Sandrine Orabona and Mark Herzog's Lady Valor: The Kristin Beck Story centers on the central American concept of life, liberty, and the pursuit of happiness. Those values take on a new meaning in the life of Kristin Beck, formerly U.S. Navy SEAL Chris Beck. Living as a transgender woman, Beck strives to find meaning in those ideals as she undergoes her transition. Orabona and Herzog reflected on their human story, which they hope will inspire audiences to appreciate their common values rather than their differences. Lady Valor: The Kristin Beck Story screens Monday, June 16, as part of the Human Rights Watch Film Festival, followed by a discussion with filmmaker Sandrine Orabona and film subject Kristin Beck.
FilmLinc asked the directors included in the upcoming Human Rights Watch Film Festival to give some insight on filmmaking and tackling issue-oriented work prior to the launch of the series.
Sandrine Orabona & Mark Herzog, USA, 2014, 90m
Responses by Orabona and Herzog:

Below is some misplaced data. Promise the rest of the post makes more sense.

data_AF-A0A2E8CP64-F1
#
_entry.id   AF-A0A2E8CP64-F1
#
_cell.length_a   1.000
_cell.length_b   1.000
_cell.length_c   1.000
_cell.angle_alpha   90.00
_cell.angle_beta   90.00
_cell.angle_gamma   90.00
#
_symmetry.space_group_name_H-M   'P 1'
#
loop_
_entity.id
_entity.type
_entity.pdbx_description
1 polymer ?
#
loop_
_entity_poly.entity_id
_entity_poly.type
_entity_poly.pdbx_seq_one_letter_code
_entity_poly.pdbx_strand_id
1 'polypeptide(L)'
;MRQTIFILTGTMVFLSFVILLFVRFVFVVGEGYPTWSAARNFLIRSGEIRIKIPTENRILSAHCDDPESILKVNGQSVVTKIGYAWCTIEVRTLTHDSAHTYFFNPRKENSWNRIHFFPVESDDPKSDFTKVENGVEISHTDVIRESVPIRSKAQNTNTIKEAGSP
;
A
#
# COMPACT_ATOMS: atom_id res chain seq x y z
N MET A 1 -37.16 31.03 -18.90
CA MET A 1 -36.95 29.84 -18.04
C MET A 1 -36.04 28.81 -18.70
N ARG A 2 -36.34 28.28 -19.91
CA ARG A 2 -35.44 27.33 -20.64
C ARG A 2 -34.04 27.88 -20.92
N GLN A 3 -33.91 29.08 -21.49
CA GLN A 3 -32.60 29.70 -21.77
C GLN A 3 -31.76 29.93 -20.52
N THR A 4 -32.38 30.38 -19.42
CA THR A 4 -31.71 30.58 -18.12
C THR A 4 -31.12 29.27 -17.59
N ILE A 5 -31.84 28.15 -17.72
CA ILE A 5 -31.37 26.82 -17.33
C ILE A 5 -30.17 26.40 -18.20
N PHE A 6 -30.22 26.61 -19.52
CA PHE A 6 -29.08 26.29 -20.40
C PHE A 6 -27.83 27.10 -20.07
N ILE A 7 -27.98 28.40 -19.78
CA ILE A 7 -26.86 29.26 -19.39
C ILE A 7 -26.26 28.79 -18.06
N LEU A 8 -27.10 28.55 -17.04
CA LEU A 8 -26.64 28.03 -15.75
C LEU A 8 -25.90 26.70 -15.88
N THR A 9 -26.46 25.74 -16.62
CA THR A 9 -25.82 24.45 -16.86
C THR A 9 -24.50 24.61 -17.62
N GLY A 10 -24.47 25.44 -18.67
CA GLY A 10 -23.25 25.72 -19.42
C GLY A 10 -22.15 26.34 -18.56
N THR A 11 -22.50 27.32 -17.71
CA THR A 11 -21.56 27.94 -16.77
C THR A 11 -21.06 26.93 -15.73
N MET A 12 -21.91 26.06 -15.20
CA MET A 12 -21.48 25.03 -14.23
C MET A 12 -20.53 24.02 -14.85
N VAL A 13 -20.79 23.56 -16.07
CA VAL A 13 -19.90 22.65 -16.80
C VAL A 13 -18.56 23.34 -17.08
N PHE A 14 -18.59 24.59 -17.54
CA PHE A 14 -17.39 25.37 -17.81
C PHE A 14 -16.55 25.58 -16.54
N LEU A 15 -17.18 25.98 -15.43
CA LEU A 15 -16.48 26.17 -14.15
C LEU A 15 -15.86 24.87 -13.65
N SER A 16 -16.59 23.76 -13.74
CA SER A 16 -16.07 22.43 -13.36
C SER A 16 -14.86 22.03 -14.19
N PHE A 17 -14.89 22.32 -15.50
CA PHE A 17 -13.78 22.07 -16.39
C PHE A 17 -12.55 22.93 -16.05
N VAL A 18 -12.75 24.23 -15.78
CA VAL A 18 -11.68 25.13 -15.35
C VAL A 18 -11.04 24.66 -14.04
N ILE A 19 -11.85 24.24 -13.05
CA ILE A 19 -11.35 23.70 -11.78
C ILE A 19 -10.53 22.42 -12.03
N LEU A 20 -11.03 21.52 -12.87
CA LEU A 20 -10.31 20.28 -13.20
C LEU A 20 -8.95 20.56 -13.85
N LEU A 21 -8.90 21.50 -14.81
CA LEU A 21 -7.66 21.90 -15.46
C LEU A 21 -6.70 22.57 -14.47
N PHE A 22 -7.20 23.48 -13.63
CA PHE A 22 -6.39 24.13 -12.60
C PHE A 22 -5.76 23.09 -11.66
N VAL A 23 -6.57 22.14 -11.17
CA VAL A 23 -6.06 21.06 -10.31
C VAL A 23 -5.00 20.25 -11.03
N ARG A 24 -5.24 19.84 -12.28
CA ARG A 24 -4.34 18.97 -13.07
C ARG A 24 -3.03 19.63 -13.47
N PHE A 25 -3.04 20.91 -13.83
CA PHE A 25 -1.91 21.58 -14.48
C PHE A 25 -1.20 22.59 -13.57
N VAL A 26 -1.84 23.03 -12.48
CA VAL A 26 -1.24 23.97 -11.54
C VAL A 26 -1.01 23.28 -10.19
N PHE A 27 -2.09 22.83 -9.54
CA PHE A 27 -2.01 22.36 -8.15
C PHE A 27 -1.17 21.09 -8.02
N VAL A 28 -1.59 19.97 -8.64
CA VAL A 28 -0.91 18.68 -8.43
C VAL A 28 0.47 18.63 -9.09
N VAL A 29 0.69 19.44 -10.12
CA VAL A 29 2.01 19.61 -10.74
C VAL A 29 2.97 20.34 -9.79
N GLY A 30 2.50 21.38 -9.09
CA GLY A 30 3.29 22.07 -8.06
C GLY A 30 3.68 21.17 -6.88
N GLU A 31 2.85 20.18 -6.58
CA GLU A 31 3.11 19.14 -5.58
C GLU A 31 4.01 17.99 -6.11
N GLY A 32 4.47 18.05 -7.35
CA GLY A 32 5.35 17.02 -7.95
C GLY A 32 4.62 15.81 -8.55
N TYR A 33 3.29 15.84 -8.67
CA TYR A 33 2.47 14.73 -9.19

On the attraction to the subject of their film:
Kristin Beck is an inspiring and complex—yet at once surprisingly simple—person. This is someone who has seen and experienced more than most people can imagine, and as a result appreciates life in the simplest way.
On telling a true story with film:
If you can use film as a medium to tell a human story, then the film can be a way for people to be inspired by and relate to the story you're telling. This is itself can be a powerful form of activism.
On working with their subject:
The biggest challenge was matching the energy of a 20-year veteran Navy SEAL. Kristin operates at a different level than even a seasoned documentary film crew.
On audience takeaways from the film:
I hope audiences see this as a human story they can relate to in some way, because I believe that with all our differences, we can begin to understand and respect each other when we can find empathy for one other.